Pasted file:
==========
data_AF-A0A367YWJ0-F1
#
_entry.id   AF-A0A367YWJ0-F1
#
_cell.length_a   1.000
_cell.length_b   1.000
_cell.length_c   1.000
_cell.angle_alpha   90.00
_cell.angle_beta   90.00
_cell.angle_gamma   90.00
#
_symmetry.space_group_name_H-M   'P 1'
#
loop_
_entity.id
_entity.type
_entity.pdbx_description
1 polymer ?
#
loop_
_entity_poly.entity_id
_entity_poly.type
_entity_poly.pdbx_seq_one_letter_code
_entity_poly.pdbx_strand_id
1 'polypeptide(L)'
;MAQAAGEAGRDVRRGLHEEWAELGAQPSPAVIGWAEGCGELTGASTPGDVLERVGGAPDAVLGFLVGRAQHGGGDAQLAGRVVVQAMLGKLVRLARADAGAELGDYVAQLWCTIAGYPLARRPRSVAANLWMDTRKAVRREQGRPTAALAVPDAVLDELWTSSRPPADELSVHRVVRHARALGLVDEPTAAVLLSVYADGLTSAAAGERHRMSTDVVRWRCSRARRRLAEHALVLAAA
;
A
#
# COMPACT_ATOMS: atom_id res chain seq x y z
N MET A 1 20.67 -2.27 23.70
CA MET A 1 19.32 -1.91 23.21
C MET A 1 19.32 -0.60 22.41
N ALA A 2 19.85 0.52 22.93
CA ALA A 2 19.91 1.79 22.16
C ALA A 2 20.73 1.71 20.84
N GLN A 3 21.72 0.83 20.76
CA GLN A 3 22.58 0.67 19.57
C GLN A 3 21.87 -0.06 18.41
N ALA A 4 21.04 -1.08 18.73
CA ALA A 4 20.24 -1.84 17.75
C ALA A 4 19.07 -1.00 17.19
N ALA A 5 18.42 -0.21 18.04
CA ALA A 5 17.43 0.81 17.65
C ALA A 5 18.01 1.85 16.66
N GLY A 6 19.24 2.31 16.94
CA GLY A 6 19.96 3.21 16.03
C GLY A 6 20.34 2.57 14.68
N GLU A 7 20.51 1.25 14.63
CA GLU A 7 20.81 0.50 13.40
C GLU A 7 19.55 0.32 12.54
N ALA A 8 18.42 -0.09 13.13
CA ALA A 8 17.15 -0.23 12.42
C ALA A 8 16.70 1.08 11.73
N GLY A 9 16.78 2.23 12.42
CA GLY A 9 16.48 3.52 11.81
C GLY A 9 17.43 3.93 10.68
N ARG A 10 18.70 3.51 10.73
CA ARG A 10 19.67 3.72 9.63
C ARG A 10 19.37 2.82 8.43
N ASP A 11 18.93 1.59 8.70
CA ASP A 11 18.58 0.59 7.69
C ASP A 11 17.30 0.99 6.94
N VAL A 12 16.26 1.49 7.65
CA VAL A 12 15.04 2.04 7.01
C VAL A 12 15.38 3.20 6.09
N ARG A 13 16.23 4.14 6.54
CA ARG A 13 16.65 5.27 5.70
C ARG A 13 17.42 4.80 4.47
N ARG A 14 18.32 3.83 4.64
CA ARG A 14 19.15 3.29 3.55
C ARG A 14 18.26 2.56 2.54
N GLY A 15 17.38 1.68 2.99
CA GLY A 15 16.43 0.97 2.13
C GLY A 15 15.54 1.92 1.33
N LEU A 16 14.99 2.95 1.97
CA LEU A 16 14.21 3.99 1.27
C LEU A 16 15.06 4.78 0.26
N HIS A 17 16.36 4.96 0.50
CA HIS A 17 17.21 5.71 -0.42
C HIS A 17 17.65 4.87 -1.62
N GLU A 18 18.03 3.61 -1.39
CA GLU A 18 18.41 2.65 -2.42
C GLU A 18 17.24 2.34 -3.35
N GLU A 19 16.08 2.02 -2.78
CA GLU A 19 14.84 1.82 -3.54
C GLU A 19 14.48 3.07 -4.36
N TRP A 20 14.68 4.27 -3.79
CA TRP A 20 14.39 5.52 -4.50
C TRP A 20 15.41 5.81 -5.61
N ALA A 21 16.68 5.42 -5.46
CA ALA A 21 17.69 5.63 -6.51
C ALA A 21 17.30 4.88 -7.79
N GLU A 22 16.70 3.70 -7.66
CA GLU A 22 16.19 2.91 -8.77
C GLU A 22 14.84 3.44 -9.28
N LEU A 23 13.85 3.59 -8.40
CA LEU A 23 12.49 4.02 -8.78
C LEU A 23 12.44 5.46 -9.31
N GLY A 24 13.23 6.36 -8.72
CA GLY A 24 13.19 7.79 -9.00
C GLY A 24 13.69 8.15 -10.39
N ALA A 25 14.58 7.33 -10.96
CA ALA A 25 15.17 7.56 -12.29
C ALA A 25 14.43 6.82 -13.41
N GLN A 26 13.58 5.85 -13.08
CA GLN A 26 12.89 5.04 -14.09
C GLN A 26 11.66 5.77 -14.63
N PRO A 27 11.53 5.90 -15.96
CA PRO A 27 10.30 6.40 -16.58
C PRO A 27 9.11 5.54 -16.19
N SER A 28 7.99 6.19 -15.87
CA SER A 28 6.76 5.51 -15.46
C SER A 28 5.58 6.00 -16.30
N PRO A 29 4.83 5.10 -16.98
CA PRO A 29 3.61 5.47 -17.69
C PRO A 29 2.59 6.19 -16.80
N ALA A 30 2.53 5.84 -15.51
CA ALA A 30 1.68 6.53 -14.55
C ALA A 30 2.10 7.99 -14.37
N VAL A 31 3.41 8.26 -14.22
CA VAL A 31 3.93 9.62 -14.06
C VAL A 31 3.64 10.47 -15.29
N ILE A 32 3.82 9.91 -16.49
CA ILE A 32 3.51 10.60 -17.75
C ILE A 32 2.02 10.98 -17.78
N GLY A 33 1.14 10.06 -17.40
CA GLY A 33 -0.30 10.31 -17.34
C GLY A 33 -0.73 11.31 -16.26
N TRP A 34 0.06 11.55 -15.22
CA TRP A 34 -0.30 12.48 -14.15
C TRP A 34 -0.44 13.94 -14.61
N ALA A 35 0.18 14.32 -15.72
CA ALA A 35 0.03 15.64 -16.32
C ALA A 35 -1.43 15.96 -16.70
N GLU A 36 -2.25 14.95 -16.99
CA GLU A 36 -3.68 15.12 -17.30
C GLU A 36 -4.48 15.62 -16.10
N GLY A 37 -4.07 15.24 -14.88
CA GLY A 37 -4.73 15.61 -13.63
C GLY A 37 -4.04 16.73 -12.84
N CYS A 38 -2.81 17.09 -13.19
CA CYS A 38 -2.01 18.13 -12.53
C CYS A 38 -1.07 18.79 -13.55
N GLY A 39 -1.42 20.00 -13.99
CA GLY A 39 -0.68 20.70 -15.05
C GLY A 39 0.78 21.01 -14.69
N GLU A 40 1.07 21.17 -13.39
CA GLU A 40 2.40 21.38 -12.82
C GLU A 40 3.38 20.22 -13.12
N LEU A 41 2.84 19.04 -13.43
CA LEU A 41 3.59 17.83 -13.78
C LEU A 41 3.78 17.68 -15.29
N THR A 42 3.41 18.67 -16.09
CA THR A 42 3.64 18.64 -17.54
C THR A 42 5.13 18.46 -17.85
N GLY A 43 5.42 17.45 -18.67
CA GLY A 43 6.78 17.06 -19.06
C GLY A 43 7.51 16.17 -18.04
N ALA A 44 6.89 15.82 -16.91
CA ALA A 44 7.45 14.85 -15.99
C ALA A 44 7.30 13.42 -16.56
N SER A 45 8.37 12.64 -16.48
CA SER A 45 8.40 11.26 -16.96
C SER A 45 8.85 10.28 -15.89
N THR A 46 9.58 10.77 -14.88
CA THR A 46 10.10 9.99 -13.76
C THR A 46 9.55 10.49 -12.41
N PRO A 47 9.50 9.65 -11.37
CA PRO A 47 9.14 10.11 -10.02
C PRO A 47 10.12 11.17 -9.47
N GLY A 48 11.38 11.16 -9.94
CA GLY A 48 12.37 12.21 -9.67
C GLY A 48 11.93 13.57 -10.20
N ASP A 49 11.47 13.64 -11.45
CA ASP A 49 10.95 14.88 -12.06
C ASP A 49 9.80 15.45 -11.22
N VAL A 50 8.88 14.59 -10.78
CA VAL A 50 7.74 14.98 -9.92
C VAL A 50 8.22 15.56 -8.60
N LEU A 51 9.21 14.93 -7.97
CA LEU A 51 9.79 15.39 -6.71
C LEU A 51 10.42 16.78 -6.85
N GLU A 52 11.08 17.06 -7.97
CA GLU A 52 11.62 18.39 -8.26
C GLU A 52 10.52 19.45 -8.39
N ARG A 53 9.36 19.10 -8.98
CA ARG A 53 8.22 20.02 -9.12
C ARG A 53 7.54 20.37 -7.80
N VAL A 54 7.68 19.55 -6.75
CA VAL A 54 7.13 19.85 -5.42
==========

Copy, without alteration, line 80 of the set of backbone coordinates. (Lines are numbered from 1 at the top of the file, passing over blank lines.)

CA HIS A 17 17.21 5.71 -0.42